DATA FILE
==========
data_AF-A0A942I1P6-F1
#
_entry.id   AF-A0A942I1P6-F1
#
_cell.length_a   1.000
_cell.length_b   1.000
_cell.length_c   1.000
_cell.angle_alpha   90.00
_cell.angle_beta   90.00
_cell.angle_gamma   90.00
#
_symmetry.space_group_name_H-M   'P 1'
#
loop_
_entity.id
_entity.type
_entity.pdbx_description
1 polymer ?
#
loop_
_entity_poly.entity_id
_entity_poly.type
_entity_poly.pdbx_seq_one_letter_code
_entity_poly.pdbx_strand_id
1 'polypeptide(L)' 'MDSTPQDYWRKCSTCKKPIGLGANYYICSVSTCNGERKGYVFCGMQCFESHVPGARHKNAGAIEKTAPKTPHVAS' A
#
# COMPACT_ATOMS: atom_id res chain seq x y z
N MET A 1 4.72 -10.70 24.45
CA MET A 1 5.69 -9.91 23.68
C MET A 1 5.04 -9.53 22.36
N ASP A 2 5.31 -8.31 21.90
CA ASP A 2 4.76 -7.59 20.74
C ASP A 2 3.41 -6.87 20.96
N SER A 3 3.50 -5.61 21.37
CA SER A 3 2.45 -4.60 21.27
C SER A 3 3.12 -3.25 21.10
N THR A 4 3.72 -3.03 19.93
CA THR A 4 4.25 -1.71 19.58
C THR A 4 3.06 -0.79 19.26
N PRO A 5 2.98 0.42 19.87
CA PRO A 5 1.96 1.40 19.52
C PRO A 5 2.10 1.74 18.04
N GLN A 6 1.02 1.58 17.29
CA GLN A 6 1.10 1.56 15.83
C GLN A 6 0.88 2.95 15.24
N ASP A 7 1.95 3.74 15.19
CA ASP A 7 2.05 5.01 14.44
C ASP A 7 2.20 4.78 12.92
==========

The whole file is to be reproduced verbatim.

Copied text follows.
data_AF-A0A942I1P6-F1
#
_entry.id   AF-A0A942I1P6-F1
#
_cell.length_a   1.000
_cell.length_b   1.000
_cell.length_c   1.000
_cell.angle_alpha   90.00
_cell.angle_beta   90.00
_cell.angle_gamma   90.00
#
_symmetry.space_group_name_H-M   'P 1'
#
loop_
_entity.id
_entity.type
_entity.pdbx_description
1 polymer ?
#
loop_
_entity_poly.entity_id
_entity_poly.type
_entity_poly.pdbx_seq_one_letter_code
_entity_poly.pdbx_strand_id
1 'polypeptide(L)' 'MDSTPQDYWRKCSTCKKPIGLGANYYICSVSTCNGERKGYVFCGMQCFESHVPGARHKNAGAIEKTAPKTPHVAS' A
#
# COMPACT_ATOMS: atom_id res chain seq x y z
N MET A 1 4.72 -10.70 24.45
CA MET A 1 5.69 -9.91 23.68
C MET A 1 5.04 -9.53 22.36
N ASP A 2 5.31 -8.31 21.90
CA ASP A 2 4.76 -7.59 20.74
C ASP A 2 3.41 -6.87 20.96
N SER A 3 3.50 -5.61 21.37
CA SER A 3 2.45 -4.60 21.27
C SER A 3 3.12 -3.25 21.10
N THR A 4 3.72 -3.03 19.93
CA THR A 4 4.25 -1.71 19.58
C THR A 4 3.06 -0.79 19.26
N PRO A 5 2.98 0.42 19.87
CA PRO A 5 1.96 1.40 19.52
C PRO A 5 2.10 1.74 18.04
N GLN A 6 1.02 1.58 17.29
CA GLN A 6 1.10 1.56 15.83
C GLN A 6 0.88 2.95 15.24
N ASP A 7 1.95 3.74 15.19
CA ASP A 7 2.05 5.01 14.44
C ASP A 7 2.20 4.78 12.92